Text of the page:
Small to medium busineses are seeking ways to allow staff to work from wherever they are, using whatever devices are available (smartphone, tablet, Laptop computer or PC). This leads them to examine thin client and virtual desktop (VDI) approaches to deliving their workloads to an increasingly mobile workforce.
One of the easily-overlooked challenges to the use of either thin client or VDI approaches is that the workloads, database and storage are in the organization's own data center or that of a service provider and all of the user-interface elements of the workloads must be projected through a network to a remote client device. If the network is not up the the challenge, the user's experence can be less than desired. That is, users can experience awful performance.
Network virtualization technology coming from a number of suppliers, including IBM, HP, Citrix, Microsoft, Cisco and Juniper, can address these and other network communications issues. The key ingredient is having the ability to closely monitor and manage the use of network bandwidth. That is to place each type of network connection into a virtual environment so that each different type of communication protocol in use can "see" an optimal environment for the work it is trying to support even though the physical link is limited.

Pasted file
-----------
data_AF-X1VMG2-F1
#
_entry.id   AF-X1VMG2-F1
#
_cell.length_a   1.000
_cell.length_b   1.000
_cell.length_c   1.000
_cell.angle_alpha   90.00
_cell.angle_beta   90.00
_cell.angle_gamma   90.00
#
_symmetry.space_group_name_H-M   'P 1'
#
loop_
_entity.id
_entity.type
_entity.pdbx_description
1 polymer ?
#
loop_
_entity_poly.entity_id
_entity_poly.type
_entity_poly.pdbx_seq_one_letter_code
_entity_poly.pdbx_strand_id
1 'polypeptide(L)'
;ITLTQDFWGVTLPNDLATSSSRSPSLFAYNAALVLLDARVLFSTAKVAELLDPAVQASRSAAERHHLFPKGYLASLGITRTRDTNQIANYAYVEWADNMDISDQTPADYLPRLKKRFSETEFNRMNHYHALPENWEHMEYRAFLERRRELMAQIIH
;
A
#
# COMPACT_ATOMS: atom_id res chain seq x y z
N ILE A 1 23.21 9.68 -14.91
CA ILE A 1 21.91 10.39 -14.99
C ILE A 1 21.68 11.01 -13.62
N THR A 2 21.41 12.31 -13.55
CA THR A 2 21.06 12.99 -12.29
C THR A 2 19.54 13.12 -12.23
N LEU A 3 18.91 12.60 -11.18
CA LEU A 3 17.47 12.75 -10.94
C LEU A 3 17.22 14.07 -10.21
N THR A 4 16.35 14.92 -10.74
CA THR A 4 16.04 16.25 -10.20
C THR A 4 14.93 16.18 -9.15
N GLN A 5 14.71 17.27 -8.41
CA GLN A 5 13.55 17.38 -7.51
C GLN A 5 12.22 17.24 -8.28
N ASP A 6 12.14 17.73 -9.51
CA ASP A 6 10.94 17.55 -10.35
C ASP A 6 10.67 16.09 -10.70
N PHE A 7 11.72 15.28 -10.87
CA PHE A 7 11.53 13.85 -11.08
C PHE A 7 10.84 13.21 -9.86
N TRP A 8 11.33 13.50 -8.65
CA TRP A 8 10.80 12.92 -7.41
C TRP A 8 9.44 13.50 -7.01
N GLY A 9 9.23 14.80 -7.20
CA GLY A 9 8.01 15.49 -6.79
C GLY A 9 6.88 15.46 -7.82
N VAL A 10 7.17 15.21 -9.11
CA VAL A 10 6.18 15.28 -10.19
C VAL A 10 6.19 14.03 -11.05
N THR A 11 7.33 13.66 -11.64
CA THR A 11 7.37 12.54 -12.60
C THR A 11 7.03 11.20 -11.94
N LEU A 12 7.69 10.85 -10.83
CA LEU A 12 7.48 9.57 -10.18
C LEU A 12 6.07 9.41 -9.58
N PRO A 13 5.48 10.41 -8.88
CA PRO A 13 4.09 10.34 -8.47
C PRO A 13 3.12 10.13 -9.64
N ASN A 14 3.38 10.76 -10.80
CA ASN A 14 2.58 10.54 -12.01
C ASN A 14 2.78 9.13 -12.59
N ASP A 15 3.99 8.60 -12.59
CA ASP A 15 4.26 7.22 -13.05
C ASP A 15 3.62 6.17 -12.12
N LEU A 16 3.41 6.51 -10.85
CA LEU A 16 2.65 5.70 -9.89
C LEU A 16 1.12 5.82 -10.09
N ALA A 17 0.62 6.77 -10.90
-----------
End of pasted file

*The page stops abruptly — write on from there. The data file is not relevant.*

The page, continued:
Thin client and VDI workloads are often attempting to support traditional transactional applications; video and audio streaming; and, increasingly, Voice over IP (VoIP) workloads over just about any type of network connection available to the individual. This means dealing with bandwidth and latency issues as well as noisy connections so that the individual using these tools experiences good performance.
Communication data coming from VoIP and both video and audio streaming workloads is bursty in nature and doesn't deal very well with links that are noisy or exhibit very long latency.
Transactional workloads, on the other hand, have often been designed to deal with imperfect communications links and not lose data.
When IT decision makers in a smaller organization are considering the deployment of mobility solutions, it would be wise to discuss their goals with one of these suppliers to learn how network virtualization technology, properly used, can make mobility solutions work well is most, if not all, siutations.
Network virtualization technology can be used to improve performance, reliability and usability in commonly found networking environments. This technology could mean the difference between success or failure.
This post was written as part of the IBM for Midsize Business program, which provides midsize businesses with the tools, expertise and solutions they need to become engines of a smarter planet. I've been compensated to contribute to this program, but the opinions expressed in this post are my own and don't necessarily represent IBM's positions, strategies or opinions.